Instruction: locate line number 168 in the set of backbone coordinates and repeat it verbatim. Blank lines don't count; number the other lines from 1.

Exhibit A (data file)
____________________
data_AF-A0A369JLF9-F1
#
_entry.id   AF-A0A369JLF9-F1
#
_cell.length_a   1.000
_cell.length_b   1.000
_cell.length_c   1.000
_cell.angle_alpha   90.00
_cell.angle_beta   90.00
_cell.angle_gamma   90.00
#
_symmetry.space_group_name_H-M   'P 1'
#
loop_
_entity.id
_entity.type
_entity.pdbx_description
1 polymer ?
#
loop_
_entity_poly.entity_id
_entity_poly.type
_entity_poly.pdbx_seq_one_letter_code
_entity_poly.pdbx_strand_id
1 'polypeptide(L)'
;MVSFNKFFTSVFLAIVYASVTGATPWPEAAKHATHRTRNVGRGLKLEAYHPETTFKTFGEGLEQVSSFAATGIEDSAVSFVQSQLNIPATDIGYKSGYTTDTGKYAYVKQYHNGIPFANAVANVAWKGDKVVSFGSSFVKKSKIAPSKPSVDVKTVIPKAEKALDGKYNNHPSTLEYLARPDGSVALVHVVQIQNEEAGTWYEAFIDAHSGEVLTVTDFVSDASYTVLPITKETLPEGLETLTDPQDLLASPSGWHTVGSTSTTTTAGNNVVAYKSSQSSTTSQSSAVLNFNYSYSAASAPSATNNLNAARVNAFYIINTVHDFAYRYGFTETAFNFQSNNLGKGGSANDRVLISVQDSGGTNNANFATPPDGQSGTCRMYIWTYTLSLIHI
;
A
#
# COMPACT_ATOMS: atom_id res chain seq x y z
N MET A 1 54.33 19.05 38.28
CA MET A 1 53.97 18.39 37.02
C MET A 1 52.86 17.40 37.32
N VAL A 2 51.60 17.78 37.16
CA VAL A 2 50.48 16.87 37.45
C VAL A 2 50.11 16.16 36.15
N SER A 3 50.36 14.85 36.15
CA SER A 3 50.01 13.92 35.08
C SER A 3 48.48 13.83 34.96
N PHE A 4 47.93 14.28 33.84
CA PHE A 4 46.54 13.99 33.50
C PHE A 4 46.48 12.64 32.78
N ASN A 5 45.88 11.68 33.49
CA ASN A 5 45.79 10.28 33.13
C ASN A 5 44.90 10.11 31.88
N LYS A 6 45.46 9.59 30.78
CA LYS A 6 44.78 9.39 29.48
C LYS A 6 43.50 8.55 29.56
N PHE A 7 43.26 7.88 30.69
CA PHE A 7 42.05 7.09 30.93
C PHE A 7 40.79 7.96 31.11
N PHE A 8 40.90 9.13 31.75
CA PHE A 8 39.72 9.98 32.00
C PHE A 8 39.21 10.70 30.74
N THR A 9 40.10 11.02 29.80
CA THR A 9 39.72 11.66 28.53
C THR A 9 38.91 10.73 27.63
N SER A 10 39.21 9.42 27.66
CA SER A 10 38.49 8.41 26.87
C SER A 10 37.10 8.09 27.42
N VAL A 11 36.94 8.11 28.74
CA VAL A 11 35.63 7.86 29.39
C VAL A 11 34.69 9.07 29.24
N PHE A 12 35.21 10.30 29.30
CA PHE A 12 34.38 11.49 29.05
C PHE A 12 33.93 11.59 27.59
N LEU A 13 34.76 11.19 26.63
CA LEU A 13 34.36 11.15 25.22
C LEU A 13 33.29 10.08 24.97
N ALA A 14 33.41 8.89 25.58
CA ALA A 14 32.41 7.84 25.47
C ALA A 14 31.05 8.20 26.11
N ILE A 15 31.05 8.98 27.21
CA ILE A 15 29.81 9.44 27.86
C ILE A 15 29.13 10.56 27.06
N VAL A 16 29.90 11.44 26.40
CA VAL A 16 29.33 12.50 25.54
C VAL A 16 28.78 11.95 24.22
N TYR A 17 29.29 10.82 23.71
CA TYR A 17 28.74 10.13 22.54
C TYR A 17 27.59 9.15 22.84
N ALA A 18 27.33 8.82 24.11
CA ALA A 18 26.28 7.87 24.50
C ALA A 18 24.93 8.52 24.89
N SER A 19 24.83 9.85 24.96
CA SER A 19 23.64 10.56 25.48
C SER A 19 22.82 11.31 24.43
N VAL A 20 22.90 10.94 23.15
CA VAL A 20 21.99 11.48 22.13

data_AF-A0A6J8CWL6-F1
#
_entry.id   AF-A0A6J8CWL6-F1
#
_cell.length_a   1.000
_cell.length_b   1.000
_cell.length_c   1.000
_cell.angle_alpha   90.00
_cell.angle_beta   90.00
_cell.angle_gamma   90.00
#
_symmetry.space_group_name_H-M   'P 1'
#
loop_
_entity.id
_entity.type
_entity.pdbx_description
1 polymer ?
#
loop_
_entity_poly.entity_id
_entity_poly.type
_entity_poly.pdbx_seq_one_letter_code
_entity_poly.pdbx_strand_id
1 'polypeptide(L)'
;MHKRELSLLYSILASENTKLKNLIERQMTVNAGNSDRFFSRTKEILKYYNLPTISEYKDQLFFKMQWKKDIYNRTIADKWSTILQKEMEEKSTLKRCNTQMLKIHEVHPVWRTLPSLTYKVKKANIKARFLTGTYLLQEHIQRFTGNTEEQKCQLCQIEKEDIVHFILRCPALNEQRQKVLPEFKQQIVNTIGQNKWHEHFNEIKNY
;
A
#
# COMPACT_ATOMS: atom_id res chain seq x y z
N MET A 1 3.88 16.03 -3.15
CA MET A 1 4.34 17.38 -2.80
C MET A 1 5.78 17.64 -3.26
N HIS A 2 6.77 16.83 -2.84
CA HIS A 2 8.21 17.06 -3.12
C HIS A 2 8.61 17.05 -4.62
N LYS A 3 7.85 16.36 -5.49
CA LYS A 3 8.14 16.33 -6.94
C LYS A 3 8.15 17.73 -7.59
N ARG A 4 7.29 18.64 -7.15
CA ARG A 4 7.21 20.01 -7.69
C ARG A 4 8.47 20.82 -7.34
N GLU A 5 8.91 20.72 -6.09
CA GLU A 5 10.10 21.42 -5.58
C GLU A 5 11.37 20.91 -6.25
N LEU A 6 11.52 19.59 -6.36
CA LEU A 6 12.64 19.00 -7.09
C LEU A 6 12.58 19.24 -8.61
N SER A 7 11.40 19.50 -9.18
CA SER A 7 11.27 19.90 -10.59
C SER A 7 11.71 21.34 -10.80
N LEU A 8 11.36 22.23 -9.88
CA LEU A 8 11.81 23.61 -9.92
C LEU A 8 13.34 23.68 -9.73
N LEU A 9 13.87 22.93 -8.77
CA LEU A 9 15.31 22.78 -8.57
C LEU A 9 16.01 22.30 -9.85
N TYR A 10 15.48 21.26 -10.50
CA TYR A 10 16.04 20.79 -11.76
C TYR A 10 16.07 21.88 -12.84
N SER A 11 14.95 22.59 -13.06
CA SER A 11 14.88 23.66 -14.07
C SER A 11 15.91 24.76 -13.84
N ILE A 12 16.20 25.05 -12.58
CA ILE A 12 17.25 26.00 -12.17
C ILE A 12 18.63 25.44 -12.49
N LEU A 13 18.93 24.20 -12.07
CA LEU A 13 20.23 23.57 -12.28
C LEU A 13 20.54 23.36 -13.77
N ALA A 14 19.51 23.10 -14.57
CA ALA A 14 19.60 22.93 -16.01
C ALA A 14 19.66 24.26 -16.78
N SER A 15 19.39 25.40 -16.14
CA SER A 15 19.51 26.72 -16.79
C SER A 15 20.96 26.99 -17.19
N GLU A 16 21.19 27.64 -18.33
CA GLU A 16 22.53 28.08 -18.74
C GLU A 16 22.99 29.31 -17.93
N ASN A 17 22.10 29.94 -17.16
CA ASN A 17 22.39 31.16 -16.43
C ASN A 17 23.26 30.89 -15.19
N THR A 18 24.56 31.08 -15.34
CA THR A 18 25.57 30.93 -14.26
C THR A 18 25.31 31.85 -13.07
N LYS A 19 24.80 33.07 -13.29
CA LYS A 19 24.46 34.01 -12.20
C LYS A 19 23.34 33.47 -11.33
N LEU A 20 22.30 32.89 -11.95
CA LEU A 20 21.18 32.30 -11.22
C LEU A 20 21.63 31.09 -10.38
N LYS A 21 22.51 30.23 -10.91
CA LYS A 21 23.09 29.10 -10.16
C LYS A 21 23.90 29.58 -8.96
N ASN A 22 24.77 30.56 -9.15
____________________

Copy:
N ASN A 17 22.10 29.94 -17.16